Lens Spotlight: A*200 Macro - Jason Doss

Lens Spotlight

smc Pentax-A* 200mm f/2.8 ED Macro

The SMC Pentax-A* 200mm f/2.8 ED Macro (whew!) is without doubt the finest manual focus macro lens that Pentax ever made.  Longer telephoto macro lenses allow greater working distance while still offering the same or higher magnification than shorter lenses.  The STAR* designation indicates superior build and image quality and are the best lenses in their respective lines.

This macro lens is capable of full life size magnification and bears a number of top grade features including extra-low dispersion glass elements to reduce chromatic aberration, a smooth and precise manual focus helicoid, solid metal barrel construction, a built-in rubberized lens hood, a rotating and removable tripod foot, aperture ring with the A setting, and is a beautiful thing to behold

The only knock on this lens, unfortunately, is the tripod foot control knobs.  They are present at the 4- and 8-o'clock positions on the lens, approximately, and they are fairly large and metal.  They were just fine in the olden days of film, because 35mm SLRs didn't have the huge beefy rubberized grips that modern DSLRs now have, however the K-1 and most other SLRs do have these grips, and the metal knobs get in the way.  Further, the K-1 has a full-frame glass prism that extends over and forward to the lens mount just enough that rotating the tripod mount to the portrait position is not possible.  Thankfully, the tripod foot can be removed, and the knobs go with it, allowing for a smooth cylindrical lens barrel without knobby obstructions.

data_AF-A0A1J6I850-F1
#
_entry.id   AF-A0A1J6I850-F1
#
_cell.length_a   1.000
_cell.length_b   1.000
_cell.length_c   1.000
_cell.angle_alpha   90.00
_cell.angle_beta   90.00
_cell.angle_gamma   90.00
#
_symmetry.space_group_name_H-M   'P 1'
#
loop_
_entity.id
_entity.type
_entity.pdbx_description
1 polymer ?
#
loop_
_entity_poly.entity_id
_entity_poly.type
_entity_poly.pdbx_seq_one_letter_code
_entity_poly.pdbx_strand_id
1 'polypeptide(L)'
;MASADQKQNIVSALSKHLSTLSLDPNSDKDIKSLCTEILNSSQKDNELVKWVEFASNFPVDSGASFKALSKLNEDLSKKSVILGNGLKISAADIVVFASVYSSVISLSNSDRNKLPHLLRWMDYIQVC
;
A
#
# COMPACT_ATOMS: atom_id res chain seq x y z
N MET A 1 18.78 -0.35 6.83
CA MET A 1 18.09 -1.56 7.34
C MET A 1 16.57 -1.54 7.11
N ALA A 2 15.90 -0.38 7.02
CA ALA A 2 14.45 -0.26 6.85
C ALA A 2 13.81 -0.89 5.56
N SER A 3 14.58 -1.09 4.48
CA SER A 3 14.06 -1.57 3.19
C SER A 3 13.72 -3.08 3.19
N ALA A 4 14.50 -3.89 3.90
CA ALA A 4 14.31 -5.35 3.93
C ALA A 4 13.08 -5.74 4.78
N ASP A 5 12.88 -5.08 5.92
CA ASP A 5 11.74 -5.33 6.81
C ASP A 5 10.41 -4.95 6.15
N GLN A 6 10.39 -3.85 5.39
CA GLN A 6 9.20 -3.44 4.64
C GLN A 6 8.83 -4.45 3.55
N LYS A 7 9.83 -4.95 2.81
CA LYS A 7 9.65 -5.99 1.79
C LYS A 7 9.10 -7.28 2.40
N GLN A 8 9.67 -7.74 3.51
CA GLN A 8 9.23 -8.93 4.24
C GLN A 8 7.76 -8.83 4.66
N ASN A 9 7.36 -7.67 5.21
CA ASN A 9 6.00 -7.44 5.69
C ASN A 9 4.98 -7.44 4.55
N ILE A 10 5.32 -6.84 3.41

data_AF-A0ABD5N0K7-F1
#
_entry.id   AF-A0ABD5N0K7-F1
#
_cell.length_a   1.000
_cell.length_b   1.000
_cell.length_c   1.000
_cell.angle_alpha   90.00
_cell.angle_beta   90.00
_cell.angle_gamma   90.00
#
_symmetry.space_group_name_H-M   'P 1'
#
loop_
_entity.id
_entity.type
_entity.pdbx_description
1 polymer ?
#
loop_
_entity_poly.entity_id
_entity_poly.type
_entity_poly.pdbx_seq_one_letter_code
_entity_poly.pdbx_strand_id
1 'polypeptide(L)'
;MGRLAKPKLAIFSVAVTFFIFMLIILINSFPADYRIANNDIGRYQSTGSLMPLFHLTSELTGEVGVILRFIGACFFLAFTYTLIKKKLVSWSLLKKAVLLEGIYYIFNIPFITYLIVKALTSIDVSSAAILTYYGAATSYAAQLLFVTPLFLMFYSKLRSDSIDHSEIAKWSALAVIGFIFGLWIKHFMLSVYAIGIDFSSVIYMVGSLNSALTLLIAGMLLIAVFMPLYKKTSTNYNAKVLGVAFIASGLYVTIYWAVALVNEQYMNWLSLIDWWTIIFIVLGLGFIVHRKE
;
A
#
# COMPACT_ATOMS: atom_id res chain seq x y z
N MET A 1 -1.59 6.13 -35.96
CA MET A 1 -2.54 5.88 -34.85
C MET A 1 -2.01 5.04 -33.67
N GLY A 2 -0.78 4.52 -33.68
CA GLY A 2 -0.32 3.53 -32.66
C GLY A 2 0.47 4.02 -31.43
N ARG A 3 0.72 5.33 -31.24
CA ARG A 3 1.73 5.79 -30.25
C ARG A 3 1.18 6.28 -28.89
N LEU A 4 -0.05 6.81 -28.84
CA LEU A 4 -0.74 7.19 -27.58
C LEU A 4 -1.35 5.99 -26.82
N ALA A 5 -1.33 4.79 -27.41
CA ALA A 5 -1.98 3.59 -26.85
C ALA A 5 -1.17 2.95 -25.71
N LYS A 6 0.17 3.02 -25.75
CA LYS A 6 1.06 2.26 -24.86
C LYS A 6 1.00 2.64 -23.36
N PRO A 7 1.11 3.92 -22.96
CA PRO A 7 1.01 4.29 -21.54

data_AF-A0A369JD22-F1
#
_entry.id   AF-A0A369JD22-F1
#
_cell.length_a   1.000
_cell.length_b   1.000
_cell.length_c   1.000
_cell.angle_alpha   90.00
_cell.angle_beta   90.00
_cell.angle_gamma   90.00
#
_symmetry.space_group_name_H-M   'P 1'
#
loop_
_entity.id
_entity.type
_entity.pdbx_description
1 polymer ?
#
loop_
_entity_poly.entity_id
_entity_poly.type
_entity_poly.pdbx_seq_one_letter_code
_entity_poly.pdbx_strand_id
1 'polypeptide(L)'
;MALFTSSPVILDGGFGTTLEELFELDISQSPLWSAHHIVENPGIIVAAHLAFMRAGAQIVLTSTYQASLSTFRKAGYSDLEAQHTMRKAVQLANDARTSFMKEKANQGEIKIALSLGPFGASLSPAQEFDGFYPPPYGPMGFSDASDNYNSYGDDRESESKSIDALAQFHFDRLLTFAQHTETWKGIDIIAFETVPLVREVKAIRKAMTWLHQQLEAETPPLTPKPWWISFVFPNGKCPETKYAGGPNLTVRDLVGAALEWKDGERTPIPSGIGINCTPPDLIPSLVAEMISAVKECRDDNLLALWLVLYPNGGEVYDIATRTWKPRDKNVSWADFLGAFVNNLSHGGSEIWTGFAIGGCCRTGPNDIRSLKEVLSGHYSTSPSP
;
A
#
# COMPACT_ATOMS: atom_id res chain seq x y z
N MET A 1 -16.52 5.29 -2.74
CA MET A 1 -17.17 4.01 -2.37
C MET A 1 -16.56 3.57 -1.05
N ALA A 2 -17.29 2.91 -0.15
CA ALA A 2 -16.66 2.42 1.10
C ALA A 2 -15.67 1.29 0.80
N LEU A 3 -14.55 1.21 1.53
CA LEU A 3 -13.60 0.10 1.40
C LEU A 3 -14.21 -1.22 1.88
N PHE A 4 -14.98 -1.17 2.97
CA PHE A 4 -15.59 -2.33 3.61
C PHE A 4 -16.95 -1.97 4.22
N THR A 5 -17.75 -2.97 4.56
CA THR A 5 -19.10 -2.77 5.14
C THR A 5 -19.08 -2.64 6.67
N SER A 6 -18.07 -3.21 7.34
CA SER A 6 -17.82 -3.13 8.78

The lens is 895g (2.0#) and, focused at infinity, 145mm long (5.7 inches) but extends greatly as minimum focus distance is reached.  There are 8 aperture blades and 52mm filter threads. The lens bears the usual aperture ring and has a rubberized grip for easy manual focusing. Minimum focus distance is 55cm (22in) producing 1:1 reproduction ratio (1x, or life size).

Some new photos to show for this lens are, to no one's surprise, macros, although none are at maximum magnification.  One thing to note before we start is that macro photography often incorporates or even requires the use of flash.  This is because the greater the magnification, the thinner the depth of field at any aperture, so often macros are taken at f/11 or smaller.  At tiny apertures, ambient light metering will want super-long shutter speeds.  Flash is the only solution to this problem, but thankfully almost any flash will be good enough for macro shots due to proximity to the lens, so long as the coverage is wide enough.  I used the Godox TT600 manual flash for all three shots here.

Top left is a portrait of a walking stick, for which I'm grateful that our new neighborhood is populated with.  This one was about four inches long, but due to autumn's cooler temperatures was slowing down and allowed me to get in fairly close for a portrait.  I don't recall the aperture here, but you can see how thin the depth of field is here in this close-up shot.  Top right, a clump of mushrooms at a distance that barely counts as macro, however this distance would probably still be outside the focusing range of my other 200mm lenses.  Again, flash was used at full power for this shot.

Below, a very close-up shot of my wife's plant that blooms rarely.  I took multiple shots due to misfocusing because the light in the room was crap.  The black background here is another positive feature of using flash in macro shots, however this opinion is not shared by all.

That's all I have for now... See you next time.

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